NCPA - National Center for Policy Analysis

Policy Implications of Autonomous Vehicles

September 24, 2014

Autonomous vehicles that can take over some or most driving functions will transform the 21st century in the same way that mass-produced automobiles trans­formed the 20th, according to Randal O'Toole in a report from the Cato Institute.  Auto travel will become safer. Congestion will decline if not disappear. People who can be productive rather than endure the stress of driving will look at travel in an entirely new way. Eventually, mobility will be available to everyone, not just those who have a driver's license.

Considering the technology available today and what ex­perts think will be available in the near future, Congress and other policymakers should consider the following steps:        

  • Congress should stop funding expensive and obso­lete rail transit projects, which will have no place in a future likely to be characterized by widespread sharing of self-driving cars.
  • Congress should end the mandate for states and metro­politan planning organizations to write long-range transportation plans, as planners cannot predict the effects of autonomous vehicles and are likely to instead impose obsolete systems and designs on their regions.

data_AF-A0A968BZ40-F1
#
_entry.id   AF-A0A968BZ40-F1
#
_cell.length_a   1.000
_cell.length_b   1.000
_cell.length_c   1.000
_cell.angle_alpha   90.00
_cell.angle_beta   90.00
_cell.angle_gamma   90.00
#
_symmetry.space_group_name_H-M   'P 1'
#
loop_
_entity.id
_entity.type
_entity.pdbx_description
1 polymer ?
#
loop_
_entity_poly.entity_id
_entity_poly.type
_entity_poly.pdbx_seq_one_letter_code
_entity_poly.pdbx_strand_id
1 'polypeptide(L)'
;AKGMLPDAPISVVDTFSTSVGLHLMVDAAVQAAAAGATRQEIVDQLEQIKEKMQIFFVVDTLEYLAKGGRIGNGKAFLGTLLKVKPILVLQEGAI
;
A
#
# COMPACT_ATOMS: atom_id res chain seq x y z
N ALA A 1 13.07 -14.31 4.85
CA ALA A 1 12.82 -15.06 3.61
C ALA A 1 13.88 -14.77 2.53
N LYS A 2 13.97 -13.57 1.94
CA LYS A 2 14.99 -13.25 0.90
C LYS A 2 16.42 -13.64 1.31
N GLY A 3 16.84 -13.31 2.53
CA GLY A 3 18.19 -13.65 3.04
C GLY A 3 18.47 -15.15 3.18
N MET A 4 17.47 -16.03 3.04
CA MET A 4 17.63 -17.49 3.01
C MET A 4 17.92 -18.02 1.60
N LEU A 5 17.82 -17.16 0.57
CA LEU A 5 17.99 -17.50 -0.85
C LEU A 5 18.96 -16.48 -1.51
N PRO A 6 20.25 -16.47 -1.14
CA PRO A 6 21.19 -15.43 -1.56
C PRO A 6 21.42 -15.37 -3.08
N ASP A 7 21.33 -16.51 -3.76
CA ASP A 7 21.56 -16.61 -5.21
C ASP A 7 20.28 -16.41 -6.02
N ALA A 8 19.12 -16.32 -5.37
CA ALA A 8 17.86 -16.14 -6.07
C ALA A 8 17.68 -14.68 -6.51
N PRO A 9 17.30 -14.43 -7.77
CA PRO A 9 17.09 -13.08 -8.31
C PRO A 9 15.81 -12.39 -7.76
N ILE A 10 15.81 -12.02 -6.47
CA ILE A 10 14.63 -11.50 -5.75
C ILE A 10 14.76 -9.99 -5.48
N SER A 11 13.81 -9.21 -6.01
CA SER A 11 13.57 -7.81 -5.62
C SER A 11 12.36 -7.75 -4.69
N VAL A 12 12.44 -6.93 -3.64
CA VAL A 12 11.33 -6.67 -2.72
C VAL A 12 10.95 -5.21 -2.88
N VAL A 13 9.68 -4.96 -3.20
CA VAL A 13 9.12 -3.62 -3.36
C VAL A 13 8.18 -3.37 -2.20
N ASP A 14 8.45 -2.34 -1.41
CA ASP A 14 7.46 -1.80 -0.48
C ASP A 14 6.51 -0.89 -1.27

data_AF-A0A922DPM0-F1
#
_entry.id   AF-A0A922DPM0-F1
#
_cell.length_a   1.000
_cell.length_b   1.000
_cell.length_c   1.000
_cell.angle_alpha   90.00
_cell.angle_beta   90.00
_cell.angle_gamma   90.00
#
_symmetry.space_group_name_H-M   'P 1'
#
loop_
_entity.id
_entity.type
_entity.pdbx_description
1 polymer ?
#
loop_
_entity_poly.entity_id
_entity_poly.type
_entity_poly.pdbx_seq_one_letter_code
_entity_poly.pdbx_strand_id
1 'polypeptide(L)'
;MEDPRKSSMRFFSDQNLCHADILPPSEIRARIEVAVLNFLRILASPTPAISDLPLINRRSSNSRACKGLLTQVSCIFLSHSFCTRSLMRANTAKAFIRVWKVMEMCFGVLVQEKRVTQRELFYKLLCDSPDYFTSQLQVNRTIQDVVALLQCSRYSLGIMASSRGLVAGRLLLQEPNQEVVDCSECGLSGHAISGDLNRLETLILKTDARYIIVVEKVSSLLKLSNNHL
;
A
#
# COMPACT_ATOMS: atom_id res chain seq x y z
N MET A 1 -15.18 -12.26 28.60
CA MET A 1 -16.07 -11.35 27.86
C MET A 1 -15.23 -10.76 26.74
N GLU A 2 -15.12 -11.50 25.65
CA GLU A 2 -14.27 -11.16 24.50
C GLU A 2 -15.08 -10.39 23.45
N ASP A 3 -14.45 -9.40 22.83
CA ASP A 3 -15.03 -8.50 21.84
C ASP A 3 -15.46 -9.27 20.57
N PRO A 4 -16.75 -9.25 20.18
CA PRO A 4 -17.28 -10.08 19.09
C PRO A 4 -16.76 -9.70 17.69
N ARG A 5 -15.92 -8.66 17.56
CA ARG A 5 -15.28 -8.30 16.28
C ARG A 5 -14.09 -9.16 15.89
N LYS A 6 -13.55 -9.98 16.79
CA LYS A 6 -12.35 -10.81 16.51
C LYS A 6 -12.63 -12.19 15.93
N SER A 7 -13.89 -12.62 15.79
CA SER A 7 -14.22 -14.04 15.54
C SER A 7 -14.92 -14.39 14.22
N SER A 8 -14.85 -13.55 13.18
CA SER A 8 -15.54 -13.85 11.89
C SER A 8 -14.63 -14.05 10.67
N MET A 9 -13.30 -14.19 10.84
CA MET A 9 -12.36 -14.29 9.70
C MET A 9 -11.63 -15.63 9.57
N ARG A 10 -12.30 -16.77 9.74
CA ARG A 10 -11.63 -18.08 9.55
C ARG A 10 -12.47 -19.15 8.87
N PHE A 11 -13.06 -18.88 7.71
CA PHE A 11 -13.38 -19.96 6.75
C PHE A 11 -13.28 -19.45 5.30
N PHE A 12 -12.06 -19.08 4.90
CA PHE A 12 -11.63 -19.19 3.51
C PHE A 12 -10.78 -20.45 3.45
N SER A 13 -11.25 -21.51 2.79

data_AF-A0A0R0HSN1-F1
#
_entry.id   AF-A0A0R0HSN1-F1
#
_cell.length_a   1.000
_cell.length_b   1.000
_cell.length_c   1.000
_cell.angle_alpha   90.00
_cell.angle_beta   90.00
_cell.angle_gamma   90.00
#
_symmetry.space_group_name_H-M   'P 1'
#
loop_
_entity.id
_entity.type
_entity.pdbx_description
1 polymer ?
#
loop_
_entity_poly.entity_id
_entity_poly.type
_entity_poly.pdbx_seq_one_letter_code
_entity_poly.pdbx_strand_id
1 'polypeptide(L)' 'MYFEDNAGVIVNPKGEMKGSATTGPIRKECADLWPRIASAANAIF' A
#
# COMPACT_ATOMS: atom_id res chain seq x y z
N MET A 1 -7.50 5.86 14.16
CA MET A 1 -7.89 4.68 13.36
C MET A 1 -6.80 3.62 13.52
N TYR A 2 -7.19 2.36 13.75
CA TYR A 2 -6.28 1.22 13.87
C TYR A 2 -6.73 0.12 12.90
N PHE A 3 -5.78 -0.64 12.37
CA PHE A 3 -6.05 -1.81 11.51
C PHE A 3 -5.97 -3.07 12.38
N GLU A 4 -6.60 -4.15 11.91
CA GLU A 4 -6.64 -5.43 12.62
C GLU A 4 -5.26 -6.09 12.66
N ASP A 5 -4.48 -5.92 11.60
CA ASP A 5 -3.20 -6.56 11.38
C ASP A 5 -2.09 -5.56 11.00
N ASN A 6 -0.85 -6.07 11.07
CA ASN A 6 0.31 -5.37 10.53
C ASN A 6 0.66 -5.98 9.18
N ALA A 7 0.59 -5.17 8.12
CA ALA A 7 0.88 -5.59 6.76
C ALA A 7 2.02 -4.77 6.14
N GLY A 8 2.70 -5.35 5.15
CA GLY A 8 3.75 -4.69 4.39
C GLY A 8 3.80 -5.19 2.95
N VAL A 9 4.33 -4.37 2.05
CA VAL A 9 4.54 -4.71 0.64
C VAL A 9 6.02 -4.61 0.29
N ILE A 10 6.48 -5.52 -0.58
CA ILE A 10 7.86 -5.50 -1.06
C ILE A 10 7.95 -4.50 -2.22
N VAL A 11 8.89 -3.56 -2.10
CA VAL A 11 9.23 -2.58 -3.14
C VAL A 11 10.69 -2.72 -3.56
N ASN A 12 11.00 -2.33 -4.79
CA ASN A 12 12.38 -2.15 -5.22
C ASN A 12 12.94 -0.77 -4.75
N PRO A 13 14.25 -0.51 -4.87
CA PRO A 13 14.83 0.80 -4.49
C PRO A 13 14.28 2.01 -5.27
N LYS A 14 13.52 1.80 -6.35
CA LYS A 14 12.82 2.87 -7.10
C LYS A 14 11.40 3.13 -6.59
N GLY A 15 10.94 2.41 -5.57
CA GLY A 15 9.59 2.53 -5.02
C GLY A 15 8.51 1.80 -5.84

• The National Highway Safety Traffic Commission should not mandate that vehicle-to-vehicle commu­nications be installed in all new cars, as such devices will rapidly become obsolete, while voluntary devices in the form of smart phones that can use vehicle-to-vehicle applications are already in use by more than half the adult population.

  • State and local governments should focus on maintain­ing existing infrastructure and making cost-effective improvements, such as dynamic traffic signal coor­dination, to alleviate today's safety and congestion problems. The best thing state and local transporta­tion agencies can do to prepare the way for autono­mous vehicles is to cooperate in the development and use of consistent road striping, sign, signal, and similar standards that can be read by autonomous vehicles.

By reducing congestion, autonomous cars may lead to a revival of inner cities, but by reducing the cost of travel, they may also lead to more rapid exurbanization. Cities and states should not try to restrict either trend

Source:  Randal O'Toole, "Policy Implications of Autonomous Vehicles," Cato Institute, September 18, 2014.

 

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